This module addresses those on a quest for a seriously beefy bottom end! Not only does it extend bass frequencies a powerful four-octaves below the signal that you feed into it, but each of the sub octaves has a level knob so you can control the mixed output like the drawbars of an organ.

Of course, you can flip the Mode Switch to engage a total of four internal ring modulators, which can really put some "heavy" in your heavy metal!

We've combined Paul Schreiber's awesome Sub Octave Multiplexer with parts from Scott Juskiw and Richard Brewster to create a souped-up version of the original module.

The new Cynthia Sub Mux Deluxe adds individual outputs from each of the four sub octave generators, (useful in stereo and quadraphonic applications), so now each of the four sub frequencies can be processed separately throughout your system!

This limited edition module features a new Staircase Waveform Output offering a binary weighted sum of the four subs which generates patterns and simple voltage sequences. Adjustments are can be made with an AC/DC Coupling Switch, and an LED is provided to monitor these patterns.

You really can get quite a range of sounds with this classic circuit - powerful sounds that range from thunderous house rattling bass, to massively klangourous hash sending everyone running for cover. Please use this module responsibly!

Buy one for yourself today and experience the thrill of raw bass power!

120_flute.mp3 - For those who have never heard a flute transformed into a thrash metal guitar:
303 Hell - Adding serious bottom end to a beat box.

"One Mux Walking" (mp3) by Les Mizzell
This is a single self-running patch. Audio path #1 uses only four modules for the generation of the "walking sequence" that you hear.

A.   OSC 1 - set to low frequency
Sine out to MUX
Pulse out to OSC 2 and S/H clock in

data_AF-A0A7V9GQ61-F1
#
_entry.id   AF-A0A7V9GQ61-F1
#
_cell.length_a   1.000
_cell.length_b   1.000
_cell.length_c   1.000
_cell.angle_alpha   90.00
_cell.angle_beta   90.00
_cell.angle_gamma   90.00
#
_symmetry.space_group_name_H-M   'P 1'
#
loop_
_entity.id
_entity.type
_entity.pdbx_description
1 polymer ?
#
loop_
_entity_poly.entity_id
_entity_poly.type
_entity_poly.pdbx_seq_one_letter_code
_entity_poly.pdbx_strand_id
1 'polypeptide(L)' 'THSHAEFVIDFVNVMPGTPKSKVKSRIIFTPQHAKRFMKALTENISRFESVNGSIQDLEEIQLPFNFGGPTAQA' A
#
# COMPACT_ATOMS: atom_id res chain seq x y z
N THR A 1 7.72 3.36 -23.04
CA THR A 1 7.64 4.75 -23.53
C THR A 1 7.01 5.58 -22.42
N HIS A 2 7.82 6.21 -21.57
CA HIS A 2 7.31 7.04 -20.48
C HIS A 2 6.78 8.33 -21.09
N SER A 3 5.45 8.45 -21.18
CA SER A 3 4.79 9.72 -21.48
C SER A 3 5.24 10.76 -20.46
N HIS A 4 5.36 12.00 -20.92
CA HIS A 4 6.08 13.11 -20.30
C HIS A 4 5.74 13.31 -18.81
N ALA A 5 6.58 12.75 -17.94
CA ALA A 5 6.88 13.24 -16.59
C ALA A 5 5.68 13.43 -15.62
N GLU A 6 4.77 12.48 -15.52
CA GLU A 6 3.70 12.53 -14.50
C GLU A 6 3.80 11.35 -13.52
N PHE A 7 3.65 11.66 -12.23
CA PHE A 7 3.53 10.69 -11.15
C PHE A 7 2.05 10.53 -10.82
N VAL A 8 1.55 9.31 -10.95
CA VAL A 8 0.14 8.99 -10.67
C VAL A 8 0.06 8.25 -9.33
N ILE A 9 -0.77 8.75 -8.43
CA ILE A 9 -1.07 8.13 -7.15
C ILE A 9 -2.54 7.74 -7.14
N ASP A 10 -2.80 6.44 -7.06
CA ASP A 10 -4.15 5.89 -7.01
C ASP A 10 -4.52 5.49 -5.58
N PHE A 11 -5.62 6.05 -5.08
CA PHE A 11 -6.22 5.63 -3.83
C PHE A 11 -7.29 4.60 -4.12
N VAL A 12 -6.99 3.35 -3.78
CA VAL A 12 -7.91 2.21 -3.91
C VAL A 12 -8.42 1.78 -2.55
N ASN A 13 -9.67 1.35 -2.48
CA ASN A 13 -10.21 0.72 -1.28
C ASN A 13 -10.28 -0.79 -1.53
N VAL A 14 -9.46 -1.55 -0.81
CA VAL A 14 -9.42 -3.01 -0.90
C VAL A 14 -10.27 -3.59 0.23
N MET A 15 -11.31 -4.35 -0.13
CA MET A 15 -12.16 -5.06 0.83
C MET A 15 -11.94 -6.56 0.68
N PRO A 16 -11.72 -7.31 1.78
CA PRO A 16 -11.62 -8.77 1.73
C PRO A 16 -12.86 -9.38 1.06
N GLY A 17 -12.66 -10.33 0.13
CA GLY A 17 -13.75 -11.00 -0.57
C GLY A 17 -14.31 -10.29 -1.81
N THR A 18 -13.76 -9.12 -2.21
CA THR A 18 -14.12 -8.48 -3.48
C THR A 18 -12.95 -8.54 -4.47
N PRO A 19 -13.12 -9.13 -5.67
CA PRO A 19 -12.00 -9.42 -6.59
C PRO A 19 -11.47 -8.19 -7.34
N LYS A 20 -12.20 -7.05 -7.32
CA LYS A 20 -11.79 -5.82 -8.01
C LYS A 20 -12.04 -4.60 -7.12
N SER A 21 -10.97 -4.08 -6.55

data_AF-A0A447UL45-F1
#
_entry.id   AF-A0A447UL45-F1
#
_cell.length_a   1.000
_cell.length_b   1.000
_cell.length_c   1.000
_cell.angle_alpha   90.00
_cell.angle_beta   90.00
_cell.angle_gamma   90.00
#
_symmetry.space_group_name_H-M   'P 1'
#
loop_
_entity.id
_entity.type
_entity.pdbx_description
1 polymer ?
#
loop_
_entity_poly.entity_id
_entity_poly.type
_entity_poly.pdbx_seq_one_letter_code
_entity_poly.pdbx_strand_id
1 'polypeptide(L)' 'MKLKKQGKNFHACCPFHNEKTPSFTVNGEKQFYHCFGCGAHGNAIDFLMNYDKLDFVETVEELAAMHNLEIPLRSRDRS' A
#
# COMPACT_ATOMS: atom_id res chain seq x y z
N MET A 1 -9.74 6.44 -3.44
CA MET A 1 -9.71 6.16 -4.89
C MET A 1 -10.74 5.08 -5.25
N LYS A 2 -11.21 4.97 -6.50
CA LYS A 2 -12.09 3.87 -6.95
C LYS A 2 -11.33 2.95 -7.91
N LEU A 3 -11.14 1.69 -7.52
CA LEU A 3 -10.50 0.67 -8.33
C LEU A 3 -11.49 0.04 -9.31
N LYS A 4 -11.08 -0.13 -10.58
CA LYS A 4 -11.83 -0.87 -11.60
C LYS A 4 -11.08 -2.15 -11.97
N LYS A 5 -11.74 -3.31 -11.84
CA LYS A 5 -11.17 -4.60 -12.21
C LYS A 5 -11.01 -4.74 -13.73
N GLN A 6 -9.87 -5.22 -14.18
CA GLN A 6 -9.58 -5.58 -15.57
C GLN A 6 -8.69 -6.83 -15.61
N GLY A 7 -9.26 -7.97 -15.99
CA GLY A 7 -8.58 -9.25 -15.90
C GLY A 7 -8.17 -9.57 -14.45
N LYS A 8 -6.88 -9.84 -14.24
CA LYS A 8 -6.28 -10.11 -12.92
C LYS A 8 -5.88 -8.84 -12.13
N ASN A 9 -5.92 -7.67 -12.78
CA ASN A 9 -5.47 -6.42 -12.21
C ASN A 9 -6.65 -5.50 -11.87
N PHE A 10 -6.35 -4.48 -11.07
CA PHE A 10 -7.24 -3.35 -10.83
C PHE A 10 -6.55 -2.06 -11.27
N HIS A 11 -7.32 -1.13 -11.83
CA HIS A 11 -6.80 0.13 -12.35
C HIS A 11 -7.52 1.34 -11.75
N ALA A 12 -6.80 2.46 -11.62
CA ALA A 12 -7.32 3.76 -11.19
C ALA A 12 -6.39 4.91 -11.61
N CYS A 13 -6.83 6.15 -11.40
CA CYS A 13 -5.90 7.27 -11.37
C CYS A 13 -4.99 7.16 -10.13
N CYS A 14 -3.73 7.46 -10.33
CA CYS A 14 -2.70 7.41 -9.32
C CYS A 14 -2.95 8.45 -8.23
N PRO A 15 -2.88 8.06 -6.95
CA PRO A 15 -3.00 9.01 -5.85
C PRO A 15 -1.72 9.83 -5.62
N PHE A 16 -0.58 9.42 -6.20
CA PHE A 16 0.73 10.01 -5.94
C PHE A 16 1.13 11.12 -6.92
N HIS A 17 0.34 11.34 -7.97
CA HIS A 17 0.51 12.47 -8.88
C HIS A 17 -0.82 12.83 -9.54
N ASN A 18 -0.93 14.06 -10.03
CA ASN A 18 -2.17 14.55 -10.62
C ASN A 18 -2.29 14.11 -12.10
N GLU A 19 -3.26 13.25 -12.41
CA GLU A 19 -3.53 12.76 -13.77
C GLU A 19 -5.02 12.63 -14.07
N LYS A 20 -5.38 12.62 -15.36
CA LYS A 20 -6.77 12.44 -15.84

B.   OSC 2 - audio frequency
Sine out to MUX
C.   S/H - clock from OSC 1 above
Noise in for random generation
Output to OSC 2

There's some filtering after this setup, using the S/H clock as a trigger, but the above is all it takes to generate all those notes... By adjusting the width of OSC 1 pulse width you can "swing" the walking line, plus by adjusting the 4 stages of the MUX you can vary the "pauses" and such...

The second audio path is the "noise melody" and is a simple noise gen into a filter or two and then into the Modcan Phaser. The noise is being pitched from tweaking one of the filter knobs as the patch plays. I didn't have the keyboard hooked when I made this. Add some LFO aided panning at the final stage of it all and you're done.

Further Reading on Infrasound and other low frequency audio phenomena:

1. Something in the Cellar (pdf file)

2. Sonic Doom, the effects of infrasound in the Military and rock n' Roll

3. The Sonic Weapon of Vladimir Gavreau

4. Acoustic Trauma Bioeffects of Sound (pdf)

5. Nikola Tesla Low Frequency Experiments, Weather Control, & Telegeodynamics
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Site designed and maintained by Les Mizzell Site designed and maintained by Les Mizzell